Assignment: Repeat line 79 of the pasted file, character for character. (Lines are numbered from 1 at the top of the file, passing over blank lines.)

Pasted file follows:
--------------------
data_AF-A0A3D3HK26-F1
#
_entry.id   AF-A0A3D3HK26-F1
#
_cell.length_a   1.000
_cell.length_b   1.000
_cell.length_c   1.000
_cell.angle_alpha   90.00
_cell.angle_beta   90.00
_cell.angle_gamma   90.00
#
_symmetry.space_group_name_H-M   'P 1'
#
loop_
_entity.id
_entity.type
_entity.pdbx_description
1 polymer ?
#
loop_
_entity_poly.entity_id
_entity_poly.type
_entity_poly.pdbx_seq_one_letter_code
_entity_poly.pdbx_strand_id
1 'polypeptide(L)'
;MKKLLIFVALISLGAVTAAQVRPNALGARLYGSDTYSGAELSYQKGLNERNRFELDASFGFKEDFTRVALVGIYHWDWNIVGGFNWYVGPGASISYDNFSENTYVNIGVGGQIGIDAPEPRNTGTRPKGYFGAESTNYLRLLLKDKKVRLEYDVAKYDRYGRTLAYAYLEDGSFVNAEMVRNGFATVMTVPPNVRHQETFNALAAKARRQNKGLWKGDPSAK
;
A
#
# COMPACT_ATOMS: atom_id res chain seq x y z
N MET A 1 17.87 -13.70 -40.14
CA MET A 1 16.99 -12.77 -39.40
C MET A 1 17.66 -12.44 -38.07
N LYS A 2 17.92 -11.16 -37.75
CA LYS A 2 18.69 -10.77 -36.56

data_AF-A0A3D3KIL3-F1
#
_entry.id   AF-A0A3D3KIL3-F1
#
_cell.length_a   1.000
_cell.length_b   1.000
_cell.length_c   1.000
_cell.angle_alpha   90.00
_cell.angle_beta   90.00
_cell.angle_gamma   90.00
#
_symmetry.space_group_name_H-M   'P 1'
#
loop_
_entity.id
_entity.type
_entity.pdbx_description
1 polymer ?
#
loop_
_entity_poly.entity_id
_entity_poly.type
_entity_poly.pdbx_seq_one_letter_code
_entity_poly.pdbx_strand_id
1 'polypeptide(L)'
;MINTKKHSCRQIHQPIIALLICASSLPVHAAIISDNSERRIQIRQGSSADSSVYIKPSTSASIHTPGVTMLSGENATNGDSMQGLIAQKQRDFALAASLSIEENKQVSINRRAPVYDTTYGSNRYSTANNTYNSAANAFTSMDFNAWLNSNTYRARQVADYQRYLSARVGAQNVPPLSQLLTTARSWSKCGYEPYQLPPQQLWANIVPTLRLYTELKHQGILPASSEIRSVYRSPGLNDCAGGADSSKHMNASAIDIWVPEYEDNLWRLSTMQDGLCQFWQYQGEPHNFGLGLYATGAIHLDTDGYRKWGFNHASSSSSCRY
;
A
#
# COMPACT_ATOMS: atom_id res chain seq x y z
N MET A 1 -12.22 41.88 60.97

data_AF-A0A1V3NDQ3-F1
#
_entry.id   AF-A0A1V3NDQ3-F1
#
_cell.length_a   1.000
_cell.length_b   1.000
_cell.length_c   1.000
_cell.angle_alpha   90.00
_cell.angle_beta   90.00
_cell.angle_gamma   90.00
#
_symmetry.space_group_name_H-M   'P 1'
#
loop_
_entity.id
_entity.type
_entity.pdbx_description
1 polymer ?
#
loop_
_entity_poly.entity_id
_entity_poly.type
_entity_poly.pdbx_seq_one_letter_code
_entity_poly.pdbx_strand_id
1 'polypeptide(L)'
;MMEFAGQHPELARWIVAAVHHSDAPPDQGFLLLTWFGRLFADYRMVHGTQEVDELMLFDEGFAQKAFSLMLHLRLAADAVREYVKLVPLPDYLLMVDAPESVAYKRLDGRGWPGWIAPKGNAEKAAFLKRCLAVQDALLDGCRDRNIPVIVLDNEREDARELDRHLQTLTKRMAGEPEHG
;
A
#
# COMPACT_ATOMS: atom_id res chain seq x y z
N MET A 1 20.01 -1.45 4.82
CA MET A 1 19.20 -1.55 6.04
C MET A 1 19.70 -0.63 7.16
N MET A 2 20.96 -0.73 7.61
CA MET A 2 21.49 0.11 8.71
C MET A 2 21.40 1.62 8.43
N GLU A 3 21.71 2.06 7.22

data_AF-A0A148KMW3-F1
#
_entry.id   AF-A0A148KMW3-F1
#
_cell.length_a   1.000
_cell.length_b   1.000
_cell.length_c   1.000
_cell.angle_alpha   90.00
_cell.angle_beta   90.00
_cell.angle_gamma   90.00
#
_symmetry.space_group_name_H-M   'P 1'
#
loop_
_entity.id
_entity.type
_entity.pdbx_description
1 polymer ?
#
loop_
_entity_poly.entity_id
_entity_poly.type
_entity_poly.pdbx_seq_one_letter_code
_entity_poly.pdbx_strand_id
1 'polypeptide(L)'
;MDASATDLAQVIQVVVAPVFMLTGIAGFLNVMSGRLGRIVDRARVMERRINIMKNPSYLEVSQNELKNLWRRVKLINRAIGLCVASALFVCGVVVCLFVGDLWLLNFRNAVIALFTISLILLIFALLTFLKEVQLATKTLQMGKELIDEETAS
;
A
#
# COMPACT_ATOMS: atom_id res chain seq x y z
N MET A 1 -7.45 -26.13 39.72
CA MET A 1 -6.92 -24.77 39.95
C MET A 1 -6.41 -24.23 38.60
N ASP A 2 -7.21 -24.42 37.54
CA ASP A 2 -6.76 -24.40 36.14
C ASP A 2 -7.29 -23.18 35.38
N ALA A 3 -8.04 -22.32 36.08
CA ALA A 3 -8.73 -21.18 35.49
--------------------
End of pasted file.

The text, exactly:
#